Washington Courts: Press Release Detail
Supreme Court Makes Revisions to Proposed Rule on Access to Judicial Administrative Records; Extends Public CommentSeptember 10, 2012
The Washington Supreme Court has revised a proposed rule on access to judicial administrative records based on public input and will republish the revised GR 31.1 for further public comment until December 31, 2012. The revised rule can be found online by clicking here.
The Court held a televised public hearing on the proposed rule in February, during which several changes to the proposal were requested. Due to the significance and scope of the changes the Court adopted in response, the Court is republishing the new proposal for additional comment.
The proposed rule defines the types of records it pertains to, procedures for obtaining access to the records, sanctions on courts or agencies for non-compliance, exemptions, creation of best practices, tools for handling particularly burdensome requests and an effective date that would give courts and judicial agencies time to train staff and develop best practices.
Revisions made by the Court include (but are not limited) to:
· Reorganization: The rule now addresses the following topics in the following order: statements of general principles; records procedures; the rule’s application for administrative records, chamber records; and implementation issues.
· No new judicial cause of action: The Supreme Court removed the sections entitled “Review in Superior Court” and “Monetary Sanctions,” due to separation of powers concerns about creating a new judicial cause of action in a court rule.
· Participation by third parties: The Supreme Court added a new section allowing for participation of a third party who is the subject of the requested record. The subject of the record may also initiate a review proceeding.
· Deliberative process exemption: The Supreme Court changed the exemption so that it mirrors the Public Records Act provision.
· Certified Professional Guardian Board: The Supreme Court removed the provision that had exempted the CPG Board from the rule. The Court decided that the CPG Board should be subject to the rule, although some of the Board’s documents need to be kept confidential.
· Policy: The rule’s statement of policy was expanded to include a citation to the constitutional provision on open courts.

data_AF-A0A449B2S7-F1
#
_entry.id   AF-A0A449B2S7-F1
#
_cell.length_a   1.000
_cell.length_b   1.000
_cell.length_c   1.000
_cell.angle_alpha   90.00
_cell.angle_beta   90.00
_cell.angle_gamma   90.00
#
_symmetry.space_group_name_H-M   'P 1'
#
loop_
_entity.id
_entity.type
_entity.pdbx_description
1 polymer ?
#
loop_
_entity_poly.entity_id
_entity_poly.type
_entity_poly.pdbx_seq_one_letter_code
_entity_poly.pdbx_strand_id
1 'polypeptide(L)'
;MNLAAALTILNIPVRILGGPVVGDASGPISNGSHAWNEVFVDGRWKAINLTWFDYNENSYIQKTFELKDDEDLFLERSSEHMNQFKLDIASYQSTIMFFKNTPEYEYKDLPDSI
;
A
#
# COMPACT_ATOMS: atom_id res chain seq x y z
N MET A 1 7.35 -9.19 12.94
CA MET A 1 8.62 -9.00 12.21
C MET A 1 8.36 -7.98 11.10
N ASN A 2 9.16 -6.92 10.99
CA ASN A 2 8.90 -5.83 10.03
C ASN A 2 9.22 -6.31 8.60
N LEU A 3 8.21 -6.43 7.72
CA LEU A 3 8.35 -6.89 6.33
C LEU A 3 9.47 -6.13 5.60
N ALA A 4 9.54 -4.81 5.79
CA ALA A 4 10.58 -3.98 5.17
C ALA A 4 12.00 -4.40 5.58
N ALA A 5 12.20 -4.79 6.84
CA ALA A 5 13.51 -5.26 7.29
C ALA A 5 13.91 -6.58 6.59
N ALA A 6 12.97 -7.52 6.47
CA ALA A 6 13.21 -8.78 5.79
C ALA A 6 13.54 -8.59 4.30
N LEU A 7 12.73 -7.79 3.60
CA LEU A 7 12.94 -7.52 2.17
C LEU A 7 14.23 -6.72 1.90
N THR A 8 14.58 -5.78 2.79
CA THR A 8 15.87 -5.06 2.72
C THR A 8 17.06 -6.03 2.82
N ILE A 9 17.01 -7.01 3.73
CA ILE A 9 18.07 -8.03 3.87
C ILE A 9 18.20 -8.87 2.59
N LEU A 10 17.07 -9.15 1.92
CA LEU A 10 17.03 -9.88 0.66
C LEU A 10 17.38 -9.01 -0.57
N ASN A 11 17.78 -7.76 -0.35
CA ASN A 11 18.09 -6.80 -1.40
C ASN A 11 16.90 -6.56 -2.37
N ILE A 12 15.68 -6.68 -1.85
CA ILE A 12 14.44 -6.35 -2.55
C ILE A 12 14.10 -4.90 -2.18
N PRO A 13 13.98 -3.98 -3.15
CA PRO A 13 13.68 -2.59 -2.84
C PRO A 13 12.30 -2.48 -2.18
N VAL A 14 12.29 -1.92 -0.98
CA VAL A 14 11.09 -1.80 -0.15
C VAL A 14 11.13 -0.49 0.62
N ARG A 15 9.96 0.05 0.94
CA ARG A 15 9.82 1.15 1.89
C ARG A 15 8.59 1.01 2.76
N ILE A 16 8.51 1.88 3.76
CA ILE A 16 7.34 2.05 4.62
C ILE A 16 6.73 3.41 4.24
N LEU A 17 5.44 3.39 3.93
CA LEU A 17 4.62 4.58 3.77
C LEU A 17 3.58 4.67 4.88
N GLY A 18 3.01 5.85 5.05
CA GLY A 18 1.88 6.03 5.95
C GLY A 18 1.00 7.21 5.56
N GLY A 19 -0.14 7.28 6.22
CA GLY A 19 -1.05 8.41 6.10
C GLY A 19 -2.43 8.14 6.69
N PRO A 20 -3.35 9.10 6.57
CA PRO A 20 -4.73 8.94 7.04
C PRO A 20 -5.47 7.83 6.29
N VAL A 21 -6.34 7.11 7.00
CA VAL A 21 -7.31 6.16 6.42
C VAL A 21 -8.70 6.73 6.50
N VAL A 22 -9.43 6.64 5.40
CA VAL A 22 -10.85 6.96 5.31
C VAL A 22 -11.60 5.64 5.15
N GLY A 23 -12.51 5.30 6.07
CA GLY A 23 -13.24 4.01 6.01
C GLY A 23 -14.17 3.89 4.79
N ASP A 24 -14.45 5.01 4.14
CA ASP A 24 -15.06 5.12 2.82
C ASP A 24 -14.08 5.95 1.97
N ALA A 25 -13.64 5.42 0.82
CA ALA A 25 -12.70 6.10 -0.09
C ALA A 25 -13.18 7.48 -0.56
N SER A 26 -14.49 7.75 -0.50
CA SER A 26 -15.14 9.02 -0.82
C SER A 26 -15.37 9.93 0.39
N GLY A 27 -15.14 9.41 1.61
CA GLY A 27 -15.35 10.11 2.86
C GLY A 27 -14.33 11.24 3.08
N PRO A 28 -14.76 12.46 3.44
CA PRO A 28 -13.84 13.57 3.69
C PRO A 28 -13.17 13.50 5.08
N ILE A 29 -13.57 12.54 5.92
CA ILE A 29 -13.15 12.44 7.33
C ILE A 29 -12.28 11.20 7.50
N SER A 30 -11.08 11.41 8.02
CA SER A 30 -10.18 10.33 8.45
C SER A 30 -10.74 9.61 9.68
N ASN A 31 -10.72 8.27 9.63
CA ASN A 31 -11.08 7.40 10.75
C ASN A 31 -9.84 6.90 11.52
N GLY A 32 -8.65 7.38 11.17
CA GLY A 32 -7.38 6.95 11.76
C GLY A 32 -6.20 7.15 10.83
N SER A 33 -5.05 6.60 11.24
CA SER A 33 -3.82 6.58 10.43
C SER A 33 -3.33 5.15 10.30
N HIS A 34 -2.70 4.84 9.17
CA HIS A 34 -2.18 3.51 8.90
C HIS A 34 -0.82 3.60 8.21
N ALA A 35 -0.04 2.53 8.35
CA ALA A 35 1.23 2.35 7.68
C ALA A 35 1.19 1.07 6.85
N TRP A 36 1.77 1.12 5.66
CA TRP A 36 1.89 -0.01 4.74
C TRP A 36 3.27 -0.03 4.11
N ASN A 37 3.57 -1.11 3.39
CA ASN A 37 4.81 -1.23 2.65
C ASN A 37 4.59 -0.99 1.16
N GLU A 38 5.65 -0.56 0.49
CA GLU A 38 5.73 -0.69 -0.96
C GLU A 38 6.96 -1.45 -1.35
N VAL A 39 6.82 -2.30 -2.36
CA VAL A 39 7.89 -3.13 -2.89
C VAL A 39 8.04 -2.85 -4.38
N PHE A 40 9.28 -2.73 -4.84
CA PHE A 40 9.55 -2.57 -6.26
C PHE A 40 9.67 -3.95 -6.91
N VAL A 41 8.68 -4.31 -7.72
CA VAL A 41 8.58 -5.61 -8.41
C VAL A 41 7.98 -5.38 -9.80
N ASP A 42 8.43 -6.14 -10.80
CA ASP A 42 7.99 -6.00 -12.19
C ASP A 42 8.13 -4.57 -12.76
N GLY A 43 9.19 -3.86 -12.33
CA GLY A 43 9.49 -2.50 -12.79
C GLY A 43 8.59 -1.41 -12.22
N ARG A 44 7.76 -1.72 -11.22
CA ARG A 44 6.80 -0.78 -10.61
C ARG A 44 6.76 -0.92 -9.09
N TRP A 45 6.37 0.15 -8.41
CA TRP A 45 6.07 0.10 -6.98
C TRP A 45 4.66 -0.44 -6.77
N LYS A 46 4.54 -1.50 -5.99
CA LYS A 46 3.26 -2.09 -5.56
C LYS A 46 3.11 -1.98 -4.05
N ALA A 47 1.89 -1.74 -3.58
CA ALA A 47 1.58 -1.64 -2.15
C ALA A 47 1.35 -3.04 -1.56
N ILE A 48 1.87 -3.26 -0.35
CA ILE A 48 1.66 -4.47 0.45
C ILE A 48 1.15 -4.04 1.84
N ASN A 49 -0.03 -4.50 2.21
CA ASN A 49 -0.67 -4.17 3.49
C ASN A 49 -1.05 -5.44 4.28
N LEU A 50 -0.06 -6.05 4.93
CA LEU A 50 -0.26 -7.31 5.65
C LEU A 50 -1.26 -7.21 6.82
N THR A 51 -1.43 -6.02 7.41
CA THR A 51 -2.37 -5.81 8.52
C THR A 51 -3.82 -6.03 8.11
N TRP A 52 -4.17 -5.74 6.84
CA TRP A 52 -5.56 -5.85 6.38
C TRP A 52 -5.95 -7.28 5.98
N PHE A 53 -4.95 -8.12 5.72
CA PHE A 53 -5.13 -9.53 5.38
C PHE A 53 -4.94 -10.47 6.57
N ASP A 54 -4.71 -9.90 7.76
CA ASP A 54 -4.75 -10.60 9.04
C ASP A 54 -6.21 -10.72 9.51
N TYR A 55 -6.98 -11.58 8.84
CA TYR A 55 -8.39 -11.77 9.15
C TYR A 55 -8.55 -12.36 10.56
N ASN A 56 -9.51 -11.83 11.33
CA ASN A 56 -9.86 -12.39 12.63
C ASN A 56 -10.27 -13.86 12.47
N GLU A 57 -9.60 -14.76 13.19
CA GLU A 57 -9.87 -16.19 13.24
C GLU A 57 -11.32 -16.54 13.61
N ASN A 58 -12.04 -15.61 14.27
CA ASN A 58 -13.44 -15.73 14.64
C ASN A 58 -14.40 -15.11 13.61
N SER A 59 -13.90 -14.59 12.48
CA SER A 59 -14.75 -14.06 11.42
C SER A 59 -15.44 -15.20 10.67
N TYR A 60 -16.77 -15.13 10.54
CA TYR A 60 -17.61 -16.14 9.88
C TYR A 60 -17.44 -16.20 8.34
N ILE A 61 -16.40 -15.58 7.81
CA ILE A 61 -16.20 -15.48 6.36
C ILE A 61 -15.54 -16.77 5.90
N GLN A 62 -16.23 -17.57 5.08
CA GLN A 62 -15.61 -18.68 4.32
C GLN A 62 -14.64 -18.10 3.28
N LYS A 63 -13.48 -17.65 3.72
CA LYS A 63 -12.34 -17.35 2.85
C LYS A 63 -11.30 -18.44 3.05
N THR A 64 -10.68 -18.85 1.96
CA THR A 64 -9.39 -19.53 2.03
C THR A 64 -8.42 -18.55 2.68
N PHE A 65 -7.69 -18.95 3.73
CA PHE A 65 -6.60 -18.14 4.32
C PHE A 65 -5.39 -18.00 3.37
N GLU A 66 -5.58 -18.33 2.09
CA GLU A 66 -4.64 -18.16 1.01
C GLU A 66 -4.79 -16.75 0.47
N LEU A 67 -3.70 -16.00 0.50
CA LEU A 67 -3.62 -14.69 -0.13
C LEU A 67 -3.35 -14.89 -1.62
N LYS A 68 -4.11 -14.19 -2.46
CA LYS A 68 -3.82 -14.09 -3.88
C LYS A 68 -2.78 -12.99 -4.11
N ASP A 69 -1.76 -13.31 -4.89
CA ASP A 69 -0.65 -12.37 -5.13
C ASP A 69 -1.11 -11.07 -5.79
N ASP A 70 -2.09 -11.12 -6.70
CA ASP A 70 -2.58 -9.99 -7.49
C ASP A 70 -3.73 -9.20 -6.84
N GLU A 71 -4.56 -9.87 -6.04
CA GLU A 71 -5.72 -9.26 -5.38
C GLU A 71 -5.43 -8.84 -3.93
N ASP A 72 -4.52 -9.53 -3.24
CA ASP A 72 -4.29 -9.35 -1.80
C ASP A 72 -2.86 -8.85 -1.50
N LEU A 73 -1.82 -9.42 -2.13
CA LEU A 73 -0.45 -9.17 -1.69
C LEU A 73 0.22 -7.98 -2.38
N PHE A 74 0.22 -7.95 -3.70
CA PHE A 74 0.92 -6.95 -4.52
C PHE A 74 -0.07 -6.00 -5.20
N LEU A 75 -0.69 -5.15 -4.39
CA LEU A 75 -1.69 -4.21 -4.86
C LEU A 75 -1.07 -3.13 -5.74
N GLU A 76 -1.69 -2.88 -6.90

· Deadlines for requesting review of records decisions: The Supreme Court added deadlines for appealing from records decisions. A person who is dissatisfied with a public records officer’s decision has 90 days in which to seek internal review within the court/agency. A person who is dissatisfied with the court/agency’s final decision has 30 days in which to seek external review.
· Role of the PRA: The Supreme Court refined language on the role of the PRA in providing guidance when the rule’s application to a particular issue is ambiguous.
· Birthdates: An exemption for birthdays was removed, since it is often needed to distinguish between similarly named people.
· Office of Public Defense and Office of Civil Legal Aid: The Supreme Court rectified a potential ambiguity in the rule by adding language directly stating that the rule applies to the Office of Public Defense and the Office of Civil Legal Aid.
· Security records: A new section was added to protect security records. The new section expands similar language from the Public Records Act.
· Appointment of Defense Expert Witnesses: The Supreme Court expanded one of the exemptions so that it would cover a broader range of documents related to the appointment of expert witnesses for the defense of criminal cases.
The rule, initially titled GR 31A was developed by the Board for Judicial Administration’s Public Records Work Group, to fill a gap in existing state laws and court rules, which do not address public access to judicial branch administrative records. The Washington State Public Records Act does not apply to judicial branch records, and General Court Rule 31 addresses only records pertaining to court proceedings. Washington courts and judicial branch agency records are not governed by the Legislature but by the state Supreme Court, which adopts “court rules” to regulate the operations of the courts.
Public comments on the rule may be submitted to the Clerk of the Supreme Court no later than December 31, 2012 to the following addresses: P.O. Box 40929, Olympia, WA 98504-0929, or Denise.Foster@courts.wa.gov. Please note that comments submitted by e-mail may not exceed 1500 words.
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Contacts: Rick Neidhardt, Administrative Office of the Courts, 357-2125 or Nan Sullins, Administrative Office of the Courts, 360-357-2124.
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